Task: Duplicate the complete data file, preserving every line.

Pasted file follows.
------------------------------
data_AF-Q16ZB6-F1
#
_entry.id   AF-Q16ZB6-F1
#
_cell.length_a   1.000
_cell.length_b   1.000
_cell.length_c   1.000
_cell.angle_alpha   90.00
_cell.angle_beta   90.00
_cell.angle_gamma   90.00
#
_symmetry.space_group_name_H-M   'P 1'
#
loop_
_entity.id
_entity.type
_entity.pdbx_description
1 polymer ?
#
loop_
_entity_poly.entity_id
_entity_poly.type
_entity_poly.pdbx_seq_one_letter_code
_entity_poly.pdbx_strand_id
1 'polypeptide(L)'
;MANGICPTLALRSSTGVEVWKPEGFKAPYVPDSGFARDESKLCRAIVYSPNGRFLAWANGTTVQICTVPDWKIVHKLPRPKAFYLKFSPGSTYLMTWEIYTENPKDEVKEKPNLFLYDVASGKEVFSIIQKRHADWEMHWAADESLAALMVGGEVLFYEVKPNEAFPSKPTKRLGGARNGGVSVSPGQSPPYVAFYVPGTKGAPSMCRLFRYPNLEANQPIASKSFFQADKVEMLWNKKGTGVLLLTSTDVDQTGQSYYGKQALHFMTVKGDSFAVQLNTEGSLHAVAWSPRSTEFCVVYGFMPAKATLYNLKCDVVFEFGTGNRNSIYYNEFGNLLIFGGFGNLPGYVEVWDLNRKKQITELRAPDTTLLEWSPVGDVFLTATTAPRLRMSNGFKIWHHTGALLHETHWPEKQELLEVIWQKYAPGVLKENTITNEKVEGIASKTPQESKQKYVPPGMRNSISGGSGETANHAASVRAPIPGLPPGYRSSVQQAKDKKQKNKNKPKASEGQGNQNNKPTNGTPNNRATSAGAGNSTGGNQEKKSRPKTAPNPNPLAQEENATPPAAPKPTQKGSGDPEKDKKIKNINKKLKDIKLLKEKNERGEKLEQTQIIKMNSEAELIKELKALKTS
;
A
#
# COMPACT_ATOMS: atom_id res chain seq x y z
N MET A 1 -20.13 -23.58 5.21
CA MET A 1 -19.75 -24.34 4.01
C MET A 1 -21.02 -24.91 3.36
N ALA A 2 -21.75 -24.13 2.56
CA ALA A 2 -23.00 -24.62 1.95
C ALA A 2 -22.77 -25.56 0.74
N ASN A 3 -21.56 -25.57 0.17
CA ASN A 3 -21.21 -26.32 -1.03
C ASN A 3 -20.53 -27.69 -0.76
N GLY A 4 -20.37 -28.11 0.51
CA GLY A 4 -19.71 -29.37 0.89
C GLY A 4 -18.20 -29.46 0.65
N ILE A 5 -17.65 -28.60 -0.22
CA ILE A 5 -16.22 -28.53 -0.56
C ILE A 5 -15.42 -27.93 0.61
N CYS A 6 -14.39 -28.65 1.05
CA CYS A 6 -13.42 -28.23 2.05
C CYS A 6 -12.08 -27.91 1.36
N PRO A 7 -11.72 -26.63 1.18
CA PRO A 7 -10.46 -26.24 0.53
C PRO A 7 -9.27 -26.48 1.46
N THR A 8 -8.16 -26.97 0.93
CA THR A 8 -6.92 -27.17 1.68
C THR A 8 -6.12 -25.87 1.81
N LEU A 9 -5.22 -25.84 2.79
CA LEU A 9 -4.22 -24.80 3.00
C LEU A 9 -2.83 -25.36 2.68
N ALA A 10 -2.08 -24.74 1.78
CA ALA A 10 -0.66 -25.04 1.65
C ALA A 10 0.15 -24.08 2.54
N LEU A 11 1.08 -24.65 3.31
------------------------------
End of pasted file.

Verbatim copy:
data_AF-Q16ZB6-F1
#
_entry.id   AF-Q16ZB6-F1
#
_cell.length_a   1.000
_cell.length_b   1.000
_cell.length_c   1.000
_cell.angle_alpha   90.00
_cell.angle_beta   90.00
_cell.angle_gamma   90.00
#
_symmetry.space_group_name_H-M   'P 1'
#
loop_
_entity.id
_entity.type
_entity.pdbx_description
1 polymer ?
#
loop_
_entity_poly.entity_id
_entity_poly.type
_entity_poly.pdbx_seq_one_letter_code
_entity_poly.pdbx_strand_id
1 'polypeptide(L)'
;MANGICPTLALRSSTGVEVWKPEGFKAPYVPDSGFARDESKLCRAIVYSPNGRFLAWANGTTVQICTVPDWKIVHKLPRPKAFYLKFSPGSTYLMTWEIYTENPKDEVKEKPNLFLYDVASGKEVFSIIQKRHADWEMHWAADESLAALMVGGEVLFYEVKPNEAFPSKPTKRLGGARNGGVSVSPGQSPPYVAFYVPGTKGAPSMCRLFRYPNLEANQPIASKSFFQADKVEMLWNKKGTGVLLLTSTDVDQTGQSYYGKQALHFMTVKGDSFAVQLNTEGSLHAVAWSPRSTEFCVVYGFMPAKATLYNLKCDVVFEFGTGNRNSIYYNEFGNLLIFGGFGNLPGYVEVWDLNRKKQITELRAPDTTLLEWSPVGDVFLTATTAPRLRMSNGFKIWHHTGALLHETHWPEKQELLEVIWQKYAPGVLKENTITNEKVEGIASKTPQESKQKYVPPGMRNSISGGSGETANHAASVRAPIPGLPPGYRSSVQQAKDKKQKNKNKPKASEGQGNQNNKPTNGTPNNRATSAGAGNSTGGNQEKKSRPKTAPNPNPLAQEENATPPAAPKPTQKGSGDPEKDKKIKNINKKLKDIKLLKEKNERGEKLEQTQIIKMNSEAELIKELKALKTS
;
A
#
# COMPACT_ATOMS: atom_id res chain seq x y z
N MET A 1 -20.13 -23.58 5.21
CA MET A 1 -19.75 -24.34 4.01
C MET A 1 -21.02 -24.91 3.36
N ALA A 2 -21.75 -24.13 2.56
CA ALA A 2 -23.00 -24.62 1.95
C ALA A 2 -22.77 -25.56 0.74
N ASN A 3 -21.56 -25.57 0.17
CA ASN A 3 -21.21 -26.32 -1.03
C ASN A 3 -20.53 -27.69 -0.76
N GLY A 4 -20.37 -28.11 0.51
CA GLY A 4 -19.71 -29.37 0.89
C GLY A 4 -18.20 -29.46 0.65
N ILE A 5 -17.65 -28.60 -0.22
CA ILE A 5 -16.22 -28.53 -0.56
C ILE A 5 -15.42 -27.93 0.61
N CYS A 6 -14.39 -28.65 1.05
CA CYS A 6 -13.42 -28.23 2.05
C CYS A 6 -12.08 -27.91 1.36
N PRO A 7 -11.72 -26.63 1.18
CA PRO A 7 -10.46 -26.24 0.53
C PRO A 7 -9.27 -26.48 1.46
N THR A 8 -8.16 -26.97 0.93
CA THR A 8 -6.92 -27.17 1.68
C THR A 8 -6.12 -25.87 1.81
N LEU A 9 -5.22 -25.84 2.79
CA LEU A 9 -4.22 -24.80 3.00
C LEU A 9 -2.83 -25.36 2.68
N ALA A 10 -2.08 -24.74 1.78
CA ALA A 10 -0.66 -25.04 1.65
C ALA A 10 0.15 -24.08 2.54
N LEU A 11 1.08 -24.65 3.31